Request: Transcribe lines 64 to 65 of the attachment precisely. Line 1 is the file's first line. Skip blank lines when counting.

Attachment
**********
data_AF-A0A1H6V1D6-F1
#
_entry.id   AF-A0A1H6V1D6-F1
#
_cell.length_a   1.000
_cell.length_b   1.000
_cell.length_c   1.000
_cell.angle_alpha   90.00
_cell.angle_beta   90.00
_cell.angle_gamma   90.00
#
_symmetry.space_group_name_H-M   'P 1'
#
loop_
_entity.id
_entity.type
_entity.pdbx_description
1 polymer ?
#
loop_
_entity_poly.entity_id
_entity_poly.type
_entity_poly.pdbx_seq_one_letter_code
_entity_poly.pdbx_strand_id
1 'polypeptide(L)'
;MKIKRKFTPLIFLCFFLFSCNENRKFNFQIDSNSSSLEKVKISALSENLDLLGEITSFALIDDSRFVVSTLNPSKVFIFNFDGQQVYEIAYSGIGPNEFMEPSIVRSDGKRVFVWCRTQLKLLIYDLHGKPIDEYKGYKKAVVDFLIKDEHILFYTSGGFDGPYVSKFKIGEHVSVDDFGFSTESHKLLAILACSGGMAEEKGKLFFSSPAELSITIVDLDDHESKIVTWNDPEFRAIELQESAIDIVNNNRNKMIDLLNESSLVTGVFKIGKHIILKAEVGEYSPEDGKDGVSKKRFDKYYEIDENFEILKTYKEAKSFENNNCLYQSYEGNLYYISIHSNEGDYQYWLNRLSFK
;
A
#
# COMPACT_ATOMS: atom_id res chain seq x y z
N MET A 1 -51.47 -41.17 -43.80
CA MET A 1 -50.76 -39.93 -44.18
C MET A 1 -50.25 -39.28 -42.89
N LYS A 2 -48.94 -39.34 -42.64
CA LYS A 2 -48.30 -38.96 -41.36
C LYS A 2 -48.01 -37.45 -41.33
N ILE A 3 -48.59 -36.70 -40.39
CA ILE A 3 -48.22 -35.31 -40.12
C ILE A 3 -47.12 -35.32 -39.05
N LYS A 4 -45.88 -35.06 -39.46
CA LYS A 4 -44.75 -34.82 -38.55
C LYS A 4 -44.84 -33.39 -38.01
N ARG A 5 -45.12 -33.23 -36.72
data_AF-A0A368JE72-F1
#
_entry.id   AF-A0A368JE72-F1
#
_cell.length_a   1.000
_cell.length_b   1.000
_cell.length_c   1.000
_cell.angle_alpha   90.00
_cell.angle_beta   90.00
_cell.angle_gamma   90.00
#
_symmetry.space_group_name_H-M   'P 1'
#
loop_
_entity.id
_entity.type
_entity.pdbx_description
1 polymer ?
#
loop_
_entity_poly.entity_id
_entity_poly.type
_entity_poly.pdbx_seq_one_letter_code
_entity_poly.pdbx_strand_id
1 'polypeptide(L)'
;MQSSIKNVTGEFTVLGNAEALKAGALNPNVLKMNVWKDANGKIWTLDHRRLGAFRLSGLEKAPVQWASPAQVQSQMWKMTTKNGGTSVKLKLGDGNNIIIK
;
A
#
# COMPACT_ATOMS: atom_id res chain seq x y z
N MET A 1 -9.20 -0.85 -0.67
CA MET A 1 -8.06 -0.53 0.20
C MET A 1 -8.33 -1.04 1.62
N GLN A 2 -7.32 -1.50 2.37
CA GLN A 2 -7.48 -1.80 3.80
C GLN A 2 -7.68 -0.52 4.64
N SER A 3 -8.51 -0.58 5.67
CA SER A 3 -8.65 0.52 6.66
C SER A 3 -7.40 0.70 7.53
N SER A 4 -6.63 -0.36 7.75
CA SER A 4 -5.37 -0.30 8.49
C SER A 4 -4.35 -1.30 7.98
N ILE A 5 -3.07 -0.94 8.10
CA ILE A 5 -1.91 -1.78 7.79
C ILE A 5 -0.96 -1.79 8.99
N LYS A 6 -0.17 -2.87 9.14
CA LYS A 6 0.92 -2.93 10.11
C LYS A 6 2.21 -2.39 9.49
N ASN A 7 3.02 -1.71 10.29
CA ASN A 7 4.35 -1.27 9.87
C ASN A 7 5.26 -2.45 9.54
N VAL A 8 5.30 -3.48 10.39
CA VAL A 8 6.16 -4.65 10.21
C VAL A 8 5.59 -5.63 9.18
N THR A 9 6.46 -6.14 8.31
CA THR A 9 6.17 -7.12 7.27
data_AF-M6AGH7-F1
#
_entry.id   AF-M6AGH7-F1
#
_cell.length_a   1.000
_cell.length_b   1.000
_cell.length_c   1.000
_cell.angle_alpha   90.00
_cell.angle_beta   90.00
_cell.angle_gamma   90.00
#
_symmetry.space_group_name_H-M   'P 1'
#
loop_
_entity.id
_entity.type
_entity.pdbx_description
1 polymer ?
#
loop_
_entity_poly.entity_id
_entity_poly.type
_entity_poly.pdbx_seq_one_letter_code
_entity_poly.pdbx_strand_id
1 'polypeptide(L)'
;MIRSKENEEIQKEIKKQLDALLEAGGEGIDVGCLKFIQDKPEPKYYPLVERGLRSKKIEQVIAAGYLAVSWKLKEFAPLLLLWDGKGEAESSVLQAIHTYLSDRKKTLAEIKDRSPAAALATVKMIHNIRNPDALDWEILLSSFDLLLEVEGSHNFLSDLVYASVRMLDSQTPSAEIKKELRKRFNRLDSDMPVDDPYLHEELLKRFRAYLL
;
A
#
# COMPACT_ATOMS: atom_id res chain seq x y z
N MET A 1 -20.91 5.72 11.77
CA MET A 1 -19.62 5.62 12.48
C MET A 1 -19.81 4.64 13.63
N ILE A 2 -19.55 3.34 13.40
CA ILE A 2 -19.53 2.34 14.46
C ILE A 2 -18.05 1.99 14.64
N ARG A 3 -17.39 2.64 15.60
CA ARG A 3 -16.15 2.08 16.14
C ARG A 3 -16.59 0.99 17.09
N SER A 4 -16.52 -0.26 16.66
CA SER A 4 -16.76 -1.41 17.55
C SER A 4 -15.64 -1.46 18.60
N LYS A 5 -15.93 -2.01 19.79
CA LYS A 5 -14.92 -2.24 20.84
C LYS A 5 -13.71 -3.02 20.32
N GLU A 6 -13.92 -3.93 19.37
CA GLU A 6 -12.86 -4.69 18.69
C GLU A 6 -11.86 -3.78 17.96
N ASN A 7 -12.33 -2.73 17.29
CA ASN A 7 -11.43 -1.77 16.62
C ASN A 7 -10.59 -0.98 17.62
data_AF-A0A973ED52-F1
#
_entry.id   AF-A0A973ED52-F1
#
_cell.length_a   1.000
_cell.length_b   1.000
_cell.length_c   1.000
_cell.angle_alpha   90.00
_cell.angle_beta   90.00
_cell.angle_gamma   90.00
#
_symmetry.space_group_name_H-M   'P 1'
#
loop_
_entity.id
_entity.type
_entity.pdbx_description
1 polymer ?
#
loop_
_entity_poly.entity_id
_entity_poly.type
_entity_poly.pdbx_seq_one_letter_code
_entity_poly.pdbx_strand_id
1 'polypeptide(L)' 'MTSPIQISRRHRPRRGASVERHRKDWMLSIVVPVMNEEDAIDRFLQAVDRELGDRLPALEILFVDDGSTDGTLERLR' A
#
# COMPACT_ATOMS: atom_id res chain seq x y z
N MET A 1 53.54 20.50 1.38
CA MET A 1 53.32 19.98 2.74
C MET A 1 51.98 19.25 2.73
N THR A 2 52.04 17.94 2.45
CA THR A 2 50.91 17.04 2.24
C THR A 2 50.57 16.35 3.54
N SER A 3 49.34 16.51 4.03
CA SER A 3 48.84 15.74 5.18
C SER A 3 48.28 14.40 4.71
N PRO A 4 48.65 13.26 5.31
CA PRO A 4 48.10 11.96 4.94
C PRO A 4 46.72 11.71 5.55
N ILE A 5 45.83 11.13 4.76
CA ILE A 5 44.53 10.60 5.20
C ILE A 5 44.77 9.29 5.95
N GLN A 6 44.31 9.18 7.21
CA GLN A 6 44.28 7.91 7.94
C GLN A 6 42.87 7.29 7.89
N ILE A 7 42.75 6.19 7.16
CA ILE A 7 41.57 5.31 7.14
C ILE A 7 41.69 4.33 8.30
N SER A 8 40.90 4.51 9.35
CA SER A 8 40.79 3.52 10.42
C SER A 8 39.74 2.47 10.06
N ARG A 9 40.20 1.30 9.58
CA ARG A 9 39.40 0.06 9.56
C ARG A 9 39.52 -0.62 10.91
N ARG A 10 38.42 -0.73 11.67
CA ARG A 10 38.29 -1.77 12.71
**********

_entity_poly.entity_id
_entity_poly.type